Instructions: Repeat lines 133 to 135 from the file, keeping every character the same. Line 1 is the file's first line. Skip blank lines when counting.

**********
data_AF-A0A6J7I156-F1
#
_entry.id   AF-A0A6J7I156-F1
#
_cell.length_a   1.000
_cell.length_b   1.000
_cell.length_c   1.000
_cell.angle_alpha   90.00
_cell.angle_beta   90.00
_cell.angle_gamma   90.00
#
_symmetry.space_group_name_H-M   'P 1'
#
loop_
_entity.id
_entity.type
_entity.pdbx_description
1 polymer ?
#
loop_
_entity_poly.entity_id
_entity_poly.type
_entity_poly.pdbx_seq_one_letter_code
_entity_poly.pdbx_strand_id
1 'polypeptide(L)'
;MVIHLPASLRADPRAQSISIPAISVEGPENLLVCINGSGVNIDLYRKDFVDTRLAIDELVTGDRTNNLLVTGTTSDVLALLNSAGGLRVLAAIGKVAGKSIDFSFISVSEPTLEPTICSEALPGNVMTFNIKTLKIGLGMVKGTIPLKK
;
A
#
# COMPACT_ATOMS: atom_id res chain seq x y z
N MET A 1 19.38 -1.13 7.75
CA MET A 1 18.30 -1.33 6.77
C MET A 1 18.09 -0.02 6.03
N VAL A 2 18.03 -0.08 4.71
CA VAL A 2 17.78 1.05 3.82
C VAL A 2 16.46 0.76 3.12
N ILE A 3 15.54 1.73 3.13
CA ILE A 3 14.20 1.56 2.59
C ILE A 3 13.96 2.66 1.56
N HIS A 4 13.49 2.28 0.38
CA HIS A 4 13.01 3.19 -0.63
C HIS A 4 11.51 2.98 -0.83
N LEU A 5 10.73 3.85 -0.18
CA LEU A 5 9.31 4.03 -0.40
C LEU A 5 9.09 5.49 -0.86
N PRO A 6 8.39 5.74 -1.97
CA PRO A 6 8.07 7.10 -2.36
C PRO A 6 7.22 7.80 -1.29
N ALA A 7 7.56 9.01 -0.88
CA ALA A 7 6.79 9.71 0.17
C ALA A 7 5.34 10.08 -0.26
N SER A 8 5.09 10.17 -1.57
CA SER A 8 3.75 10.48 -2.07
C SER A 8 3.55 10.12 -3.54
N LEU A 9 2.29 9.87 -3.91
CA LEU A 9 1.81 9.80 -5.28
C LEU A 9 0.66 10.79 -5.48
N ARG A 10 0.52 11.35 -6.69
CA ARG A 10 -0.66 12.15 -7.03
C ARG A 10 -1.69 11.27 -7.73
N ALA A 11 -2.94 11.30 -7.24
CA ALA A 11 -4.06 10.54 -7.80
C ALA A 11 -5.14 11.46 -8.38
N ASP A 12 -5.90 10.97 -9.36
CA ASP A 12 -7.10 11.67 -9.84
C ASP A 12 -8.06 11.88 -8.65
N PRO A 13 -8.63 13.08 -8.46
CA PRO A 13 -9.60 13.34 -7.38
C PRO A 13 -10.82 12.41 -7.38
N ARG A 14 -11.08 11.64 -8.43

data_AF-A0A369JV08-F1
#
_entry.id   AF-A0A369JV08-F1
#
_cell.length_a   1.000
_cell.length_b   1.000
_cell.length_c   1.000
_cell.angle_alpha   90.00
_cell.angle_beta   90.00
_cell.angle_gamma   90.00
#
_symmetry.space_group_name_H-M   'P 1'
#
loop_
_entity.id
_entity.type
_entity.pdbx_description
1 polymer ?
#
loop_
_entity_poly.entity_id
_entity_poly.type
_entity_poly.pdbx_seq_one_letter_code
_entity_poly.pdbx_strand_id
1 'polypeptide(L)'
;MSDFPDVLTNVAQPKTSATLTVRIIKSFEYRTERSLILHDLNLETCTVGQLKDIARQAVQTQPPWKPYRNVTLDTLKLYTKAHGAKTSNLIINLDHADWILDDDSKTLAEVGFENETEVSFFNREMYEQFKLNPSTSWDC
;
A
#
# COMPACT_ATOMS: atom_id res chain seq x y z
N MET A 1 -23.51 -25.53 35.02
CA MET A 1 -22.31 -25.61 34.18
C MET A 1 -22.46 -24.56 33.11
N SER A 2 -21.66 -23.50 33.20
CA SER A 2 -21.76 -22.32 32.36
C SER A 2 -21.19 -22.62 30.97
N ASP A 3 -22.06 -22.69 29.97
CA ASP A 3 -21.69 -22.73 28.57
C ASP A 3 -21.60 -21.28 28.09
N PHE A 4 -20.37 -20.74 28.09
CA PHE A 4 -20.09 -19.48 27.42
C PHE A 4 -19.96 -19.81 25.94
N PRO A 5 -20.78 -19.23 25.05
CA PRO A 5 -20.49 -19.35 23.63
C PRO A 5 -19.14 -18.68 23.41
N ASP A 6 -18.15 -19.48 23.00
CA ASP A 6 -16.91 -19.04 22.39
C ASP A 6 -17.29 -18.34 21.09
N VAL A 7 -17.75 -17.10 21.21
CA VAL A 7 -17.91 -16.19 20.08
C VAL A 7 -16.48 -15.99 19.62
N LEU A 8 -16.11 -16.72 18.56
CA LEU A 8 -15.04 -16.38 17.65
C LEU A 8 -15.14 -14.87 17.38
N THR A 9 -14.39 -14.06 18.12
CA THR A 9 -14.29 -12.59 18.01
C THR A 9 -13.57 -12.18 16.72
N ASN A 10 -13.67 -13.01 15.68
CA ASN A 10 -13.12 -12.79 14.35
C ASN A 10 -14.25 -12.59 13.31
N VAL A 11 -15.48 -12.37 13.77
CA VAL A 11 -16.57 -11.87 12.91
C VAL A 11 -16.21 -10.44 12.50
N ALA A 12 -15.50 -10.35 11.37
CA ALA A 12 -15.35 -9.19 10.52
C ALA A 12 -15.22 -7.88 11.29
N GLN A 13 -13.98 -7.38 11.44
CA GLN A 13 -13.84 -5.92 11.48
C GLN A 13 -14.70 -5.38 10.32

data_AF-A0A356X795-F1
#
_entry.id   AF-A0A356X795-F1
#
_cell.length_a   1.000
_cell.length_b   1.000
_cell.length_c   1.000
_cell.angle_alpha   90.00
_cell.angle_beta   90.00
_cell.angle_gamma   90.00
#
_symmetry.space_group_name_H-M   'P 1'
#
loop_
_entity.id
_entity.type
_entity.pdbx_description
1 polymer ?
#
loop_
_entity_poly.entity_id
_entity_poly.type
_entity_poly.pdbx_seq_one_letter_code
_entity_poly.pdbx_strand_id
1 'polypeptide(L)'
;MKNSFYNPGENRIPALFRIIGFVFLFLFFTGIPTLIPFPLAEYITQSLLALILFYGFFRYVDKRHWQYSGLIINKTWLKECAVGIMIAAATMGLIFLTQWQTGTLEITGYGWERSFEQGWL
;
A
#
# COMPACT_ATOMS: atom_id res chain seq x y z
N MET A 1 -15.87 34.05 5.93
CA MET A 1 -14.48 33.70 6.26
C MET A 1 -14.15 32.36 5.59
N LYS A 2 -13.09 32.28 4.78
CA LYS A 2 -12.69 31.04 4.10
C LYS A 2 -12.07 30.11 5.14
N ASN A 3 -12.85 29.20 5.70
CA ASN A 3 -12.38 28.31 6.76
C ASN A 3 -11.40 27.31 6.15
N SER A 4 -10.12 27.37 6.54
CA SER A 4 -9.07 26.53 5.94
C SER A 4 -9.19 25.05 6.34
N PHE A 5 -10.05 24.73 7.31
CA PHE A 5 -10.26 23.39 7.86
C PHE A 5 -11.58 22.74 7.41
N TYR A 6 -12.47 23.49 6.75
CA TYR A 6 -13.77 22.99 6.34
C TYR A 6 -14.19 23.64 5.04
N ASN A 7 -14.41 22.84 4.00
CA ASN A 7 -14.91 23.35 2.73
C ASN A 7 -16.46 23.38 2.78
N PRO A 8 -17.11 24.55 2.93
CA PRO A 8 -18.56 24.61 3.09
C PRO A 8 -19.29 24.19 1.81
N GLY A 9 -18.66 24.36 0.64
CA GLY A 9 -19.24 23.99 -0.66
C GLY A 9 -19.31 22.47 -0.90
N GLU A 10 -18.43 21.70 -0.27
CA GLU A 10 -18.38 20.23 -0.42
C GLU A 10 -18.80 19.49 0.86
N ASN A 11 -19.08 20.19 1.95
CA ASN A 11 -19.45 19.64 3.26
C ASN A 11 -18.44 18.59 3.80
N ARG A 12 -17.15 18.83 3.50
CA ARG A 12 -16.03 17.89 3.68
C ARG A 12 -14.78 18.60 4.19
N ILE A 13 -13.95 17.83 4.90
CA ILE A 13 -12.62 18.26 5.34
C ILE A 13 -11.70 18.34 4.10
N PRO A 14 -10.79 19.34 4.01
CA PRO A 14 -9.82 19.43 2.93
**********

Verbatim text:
C VAL A 11 -16.21 -10.44 12.50
N ALA A 12 -15.50 -10.35 11.37
CA ALA A 12 -15.35 -9.19 10.52